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  1. #1
    bpuodt
    Reputation: Robot Chicken's Avatar
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    Horst evolved to near useless. How do we get it back?

    As you guys know, the horst link used in most of today's bikes is pretty damn close to the axle, thus not much of a difference in wheel path compared to a similarly placed single pivot 4 bar. The only advantage would be the braking correction made by the Horst link.

    In fiddling with linkage 2.5, I've found that putting the Horst pivot forward more than halfway between the axle and BB and lower, made for a much better axel path. I've found it to work well when placed near the rear rim at around the 4 o'clock area. When setup like this, it achieves a axel path and pivot point similar to a Canfield Formula 1. Unlike the Canfield, the modified horst allows for a chain guide to be mounted above and behind the BB closer to the desirable chain line. In this form, the rear wheel can travel rearward over 15mm with a near symetrical arc, while still maintaining a chain pull range of only 3mm.

    In this case, the horst pivoted bike will still pedal very well and brake fairly well, but at least have a decent rearward axel path for DH. My only complaint of my horst pivoted bike is that the axle path isn't the smoothest on harcore DH sections, even though it still pedals well through nasty stuff.


    Is this what the original Horst was designed to be? Has the pivot been moved back and up ONLY to prevent chain and derailleur slap?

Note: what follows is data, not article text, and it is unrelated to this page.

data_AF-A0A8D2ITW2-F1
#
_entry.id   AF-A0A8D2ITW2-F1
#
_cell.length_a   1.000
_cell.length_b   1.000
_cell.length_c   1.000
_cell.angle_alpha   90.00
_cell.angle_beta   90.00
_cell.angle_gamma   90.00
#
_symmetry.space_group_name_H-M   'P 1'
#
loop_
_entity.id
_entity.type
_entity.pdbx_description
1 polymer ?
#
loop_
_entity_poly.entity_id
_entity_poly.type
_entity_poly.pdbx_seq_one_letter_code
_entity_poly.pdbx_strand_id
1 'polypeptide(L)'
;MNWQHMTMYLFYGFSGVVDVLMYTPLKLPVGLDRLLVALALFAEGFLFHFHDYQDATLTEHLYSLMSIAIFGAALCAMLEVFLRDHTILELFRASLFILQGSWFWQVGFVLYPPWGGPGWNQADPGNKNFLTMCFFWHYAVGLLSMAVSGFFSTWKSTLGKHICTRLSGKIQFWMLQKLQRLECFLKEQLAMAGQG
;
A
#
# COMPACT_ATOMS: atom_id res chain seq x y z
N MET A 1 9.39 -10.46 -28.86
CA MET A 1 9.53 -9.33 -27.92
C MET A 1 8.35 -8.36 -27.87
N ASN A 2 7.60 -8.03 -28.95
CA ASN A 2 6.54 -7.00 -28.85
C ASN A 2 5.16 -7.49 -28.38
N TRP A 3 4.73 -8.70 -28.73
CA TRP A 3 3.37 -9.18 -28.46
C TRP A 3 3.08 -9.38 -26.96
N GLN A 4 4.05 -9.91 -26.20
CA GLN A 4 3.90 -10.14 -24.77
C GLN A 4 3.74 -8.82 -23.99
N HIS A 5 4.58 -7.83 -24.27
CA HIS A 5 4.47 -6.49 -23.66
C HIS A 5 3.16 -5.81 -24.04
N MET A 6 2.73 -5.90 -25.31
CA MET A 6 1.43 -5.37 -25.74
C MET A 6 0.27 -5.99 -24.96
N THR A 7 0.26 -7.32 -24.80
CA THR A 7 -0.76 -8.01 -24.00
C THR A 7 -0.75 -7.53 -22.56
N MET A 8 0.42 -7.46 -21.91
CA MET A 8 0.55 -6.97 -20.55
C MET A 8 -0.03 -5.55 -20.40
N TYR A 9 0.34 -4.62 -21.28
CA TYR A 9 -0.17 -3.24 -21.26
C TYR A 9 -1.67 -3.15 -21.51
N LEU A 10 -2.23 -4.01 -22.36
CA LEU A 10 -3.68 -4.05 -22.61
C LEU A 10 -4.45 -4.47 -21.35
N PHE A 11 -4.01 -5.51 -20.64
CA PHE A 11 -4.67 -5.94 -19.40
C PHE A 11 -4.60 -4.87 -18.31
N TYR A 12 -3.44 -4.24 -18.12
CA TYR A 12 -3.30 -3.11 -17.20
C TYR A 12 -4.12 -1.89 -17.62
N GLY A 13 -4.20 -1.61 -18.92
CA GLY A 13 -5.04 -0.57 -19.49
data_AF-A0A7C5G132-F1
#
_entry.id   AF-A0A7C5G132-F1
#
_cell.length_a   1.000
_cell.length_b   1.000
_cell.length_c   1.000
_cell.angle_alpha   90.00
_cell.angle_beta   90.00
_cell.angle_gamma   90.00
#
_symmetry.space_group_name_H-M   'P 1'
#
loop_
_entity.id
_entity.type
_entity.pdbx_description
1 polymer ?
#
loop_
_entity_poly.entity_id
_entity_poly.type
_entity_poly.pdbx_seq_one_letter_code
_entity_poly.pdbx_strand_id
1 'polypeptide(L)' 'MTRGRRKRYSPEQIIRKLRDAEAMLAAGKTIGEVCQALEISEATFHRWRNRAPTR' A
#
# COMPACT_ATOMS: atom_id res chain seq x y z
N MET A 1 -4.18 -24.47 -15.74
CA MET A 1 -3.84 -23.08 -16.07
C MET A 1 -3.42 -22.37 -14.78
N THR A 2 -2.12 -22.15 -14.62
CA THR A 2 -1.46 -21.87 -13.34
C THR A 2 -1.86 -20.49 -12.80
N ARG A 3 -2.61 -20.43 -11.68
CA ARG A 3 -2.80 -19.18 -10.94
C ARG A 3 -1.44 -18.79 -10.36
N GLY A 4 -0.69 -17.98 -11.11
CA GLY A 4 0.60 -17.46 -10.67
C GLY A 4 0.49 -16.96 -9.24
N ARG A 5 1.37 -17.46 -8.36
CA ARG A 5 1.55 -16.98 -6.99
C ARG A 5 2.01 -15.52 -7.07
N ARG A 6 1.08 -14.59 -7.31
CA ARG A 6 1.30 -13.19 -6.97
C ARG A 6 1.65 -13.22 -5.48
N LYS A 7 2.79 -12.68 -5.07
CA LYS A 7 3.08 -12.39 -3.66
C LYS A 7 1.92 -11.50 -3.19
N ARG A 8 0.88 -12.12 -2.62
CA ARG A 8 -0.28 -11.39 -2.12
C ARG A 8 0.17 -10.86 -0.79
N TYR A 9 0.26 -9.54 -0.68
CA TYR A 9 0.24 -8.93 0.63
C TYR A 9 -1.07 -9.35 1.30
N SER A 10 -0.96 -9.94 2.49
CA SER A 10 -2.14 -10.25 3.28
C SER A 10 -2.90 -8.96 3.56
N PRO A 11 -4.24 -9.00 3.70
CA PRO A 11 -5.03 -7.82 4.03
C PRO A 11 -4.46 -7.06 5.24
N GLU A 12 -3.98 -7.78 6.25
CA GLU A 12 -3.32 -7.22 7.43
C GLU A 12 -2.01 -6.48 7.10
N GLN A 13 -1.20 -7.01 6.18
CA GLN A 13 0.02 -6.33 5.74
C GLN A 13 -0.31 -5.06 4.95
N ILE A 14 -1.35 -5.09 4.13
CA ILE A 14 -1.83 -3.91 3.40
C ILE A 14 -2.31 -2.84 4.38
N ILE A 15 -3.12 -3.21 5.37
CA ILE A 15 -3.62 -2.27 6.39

I'm still looking at ways to get the chain by the horst pivot when lower and near the wheel rim.


    Any thoughts?

    Mind you I'm using the linkage demo, so no images. Here's a crappy drawing, Mind you rocker plate is not exact. Just showing linkages.
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  2. #2
    Buckle Up
    Reputation: WheelieMan's Avatar
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    If the Horst-Link was moved more than halfway between the axle and pivot, I don't think it would qualify as a Horst-Link anymore. That brings up an interesting question... How close to the axle and at what angle must the pivot be in order to be considered a Horst-Link?

    In my opinion, the Horst-Link has never provided an advantage as far as wheel-path. If you want a rearward wheelpath without insane amounts of pedal feedback, the only way to do so is with the chain rerouted.

    I feel that more neutral braking is the only advantage of the Horst-Link. The orientation of the top-link is much more important IMO than the placement of the Horst-Link. For example, designs such as the 05 Specialized Enduro have the top link placed at such an angle that the Instant Center is basically in "single-pivot territory." In other words, the Enduro would perform almost identically if it had a seatstay pivot instead.

    I'm not following your diagrams. They just look like Cs to me.
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  3. #3
    The Ancient One
    Reputation: Steve from JH's Avatar
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    If I'm following the diagrams, you would have an enormous extending torque with every pedal stroke, in any gear. Also a huge amount of pedal feedback. As Wheelieman suggested, that's why bikes like the Canfield have a redirected chain.

    To Wheelieman, I see some pedaling advantages to the HL.

    Normally if the traction holds, there is a compressive element to the moment created by the chain acting on the wheel/swingarm unit that is exactly cancelled by an extending element created by the ground force acting on the wheel/swingarm unit. What's left to affect the suspension is simply the angle of the chain relative to the angle of the swingarm. But when traction momentarily disappears (which probably happens much more often than we realize in real Mtb conditions) the ground force disappears but the chain force doesn't. The compressive element to the chain force that was previously cancelled now suddenly goes into the suspension. This element depends on the exact location of the IC, just as with braking.